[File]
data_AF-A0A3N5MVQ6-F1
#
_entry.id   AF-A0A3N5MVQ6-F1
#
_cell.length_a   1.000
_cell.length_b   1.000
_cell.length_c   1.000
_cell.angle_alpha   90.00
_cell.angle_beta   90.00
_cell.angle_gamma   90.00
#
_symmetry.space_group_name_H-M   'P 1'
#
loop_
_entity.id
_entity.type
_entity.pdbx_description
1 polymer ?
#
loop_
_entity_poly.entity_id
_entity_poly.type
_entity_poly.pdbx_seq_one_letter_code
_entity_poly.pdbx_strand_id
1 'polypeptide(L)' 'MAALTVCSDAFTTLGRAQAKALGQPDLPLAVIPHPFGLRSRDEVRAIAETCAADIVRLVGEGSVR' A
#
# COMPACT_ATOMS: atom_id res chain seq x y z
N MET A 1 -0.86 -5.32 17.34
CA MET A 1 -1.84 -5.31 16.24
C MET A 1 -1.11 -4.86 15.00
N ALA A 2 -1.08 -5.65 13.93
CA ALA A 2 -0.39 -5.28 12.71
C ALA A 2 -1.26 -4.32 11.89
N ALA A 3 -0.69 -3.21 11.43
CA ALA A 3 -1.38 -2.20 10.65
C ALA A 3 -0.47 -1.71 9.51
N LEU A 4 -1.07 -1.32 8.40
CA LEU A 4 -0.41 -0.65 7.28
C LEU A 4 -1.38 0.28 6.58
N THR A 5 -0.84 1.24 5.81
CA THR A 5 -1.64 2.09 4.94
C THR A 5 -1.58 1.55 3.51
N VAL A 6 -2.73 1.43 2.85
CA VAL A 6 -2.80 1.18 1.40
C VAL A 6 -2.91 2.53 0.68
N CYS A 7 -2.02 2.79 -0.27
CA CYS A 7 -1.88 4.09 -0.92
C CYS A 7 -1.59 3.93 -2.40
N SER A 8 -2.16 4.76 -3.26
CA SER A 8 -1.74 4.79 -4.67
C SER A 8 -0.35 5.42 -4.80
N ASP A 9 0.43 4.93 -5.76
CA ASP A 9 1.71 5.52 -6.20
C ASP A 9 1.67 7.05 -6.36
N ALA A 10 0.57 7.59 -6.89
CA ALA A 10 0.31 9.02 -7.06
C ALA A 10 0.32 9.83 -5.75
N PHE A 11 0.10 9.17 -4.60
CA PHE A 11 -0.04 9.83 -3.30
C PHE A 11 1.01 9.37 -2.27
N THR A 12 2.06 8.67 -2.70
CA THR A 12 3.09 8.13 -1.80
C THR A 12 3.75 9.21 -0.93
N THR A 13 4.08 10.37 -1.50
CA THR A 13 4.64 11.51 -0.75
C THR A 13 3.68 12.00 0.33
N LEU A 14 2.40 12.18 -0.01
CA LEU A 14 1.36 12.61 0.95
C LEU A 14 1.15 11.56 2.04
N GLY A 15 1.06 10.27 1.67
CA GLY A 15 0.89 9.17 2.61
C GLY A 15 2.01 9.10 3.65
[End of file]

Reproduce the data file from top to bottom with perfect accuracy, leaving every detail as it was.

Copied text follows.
data_AF-A0A3N5MVQ6-F1
#
_entry.id   AF-A0A3N5MVQ6-F1
#
_cell.length_a   1.000
_cell.length_b   1.000
_cell.length_c   1.000
_cell.angle_alpha   90.00
_cell.angle_beta   90.00
_cell.angle_gamma   90.00
#
_symmetry.space_group_name_H-M   'P 1'
#
loop_
_entity.id
_entity.type
_entity.pdbx_description
1 polymer ?
#
loop_
_entity_poly.entity_id
_entity_poly.type
_entity_poly.pdbx_seq_one_letter_code
_entity_poly.pdbx_strand_id
1 'polypeptide(L)' 'MAALTVCSDAFTTLGRAQAKALGQPDLPLAVIPHPFGLRSRDEVRAIAETCAADIVRLVGEGSVR' A
#
# COMPACT_ATOMS: atom_id res chain seq x y z
N MET A 1 -0.86 -5.32 17.34
CA MET A 1 -1.84 -5.31 16.24
C MET A 1 -1.11 -4.86 15.00
N ALA A 2 -1.08 -5.65 13.93
CA ALA A 2 -0.39 -5.28 12.71
C ALA A 2 -1.26 -4.32 11.89
N ALA A 3 -0.69 -3.21 11.43
CA ALA A 3 -1.38 -2.20 10.65
C ALA A 3 -0.47 -1.71 9.51
N LEU A 4 -1.07 -1.32 8.40
CA LEU A 4 -0.41 -0.65 7.28
C LEU A 4 -1.38 0.28 6.58
N THR A 5 -0.84 1.24 5.81
CA THR A 5 -1.64 2.09 4.94
C THR A 5 -1.58 1.55 3.51
N VAL A 6 -2.73 1.43 2.85
CA VAL A 6 -2.80 1.18 1.40
C VAL A 6 -2.91 2.53 0.68
N CYS A 7 -2.02 2.79 -0.27
CA CYS A 7 -1.88 4.09 -0.92
C CYS A 7 -1.59 3.93 -2.40
N SER A 8 -2.16 4.76 -3.26
CA SER A 8 -1.74 4.79 -4.67
C SER A 8 -0.35 5.42 -4.80
N ASP A 9 0.43 4.93 -5.76
CA ASP A 9 1.71 5.52 -6.20
C ASP A 9 1.67 7.05 -6.36
N ALA A 10 0.57 7.59 -6.89
CA ALA A 10 0.31 9.02 -7.06
C ALA A 10 0.32 9.83 -5.75
N PHE A 11 0.10 9.17 -4.60
CA PHE A 11 -0.04 9.83 -3.30
C PHE A 11 1.01 9.37 -2.27
N THR A 12 2.06 8.67 -2.70
CA THR A 12 3.09 8.13 -1.80
C THR A 12 3.75 9.21 -0.93
N THR A 13 4.08 10.37 -1.50
CA THR A 13 4.64 11.51 -0.75
C THR A 13 3.68 12.00 0.33
N LEU A 14 2.40 12.18 -0.01
CA LEU A 14 1.36 12.61 0.95
C LEU A 14 1.15 11.56 2.04
N GLY A 15 1.06 10.27 1.67
CA GLY A 15 0.89 9.17 2.61
C GLY A 15 2.01 9.10 3.65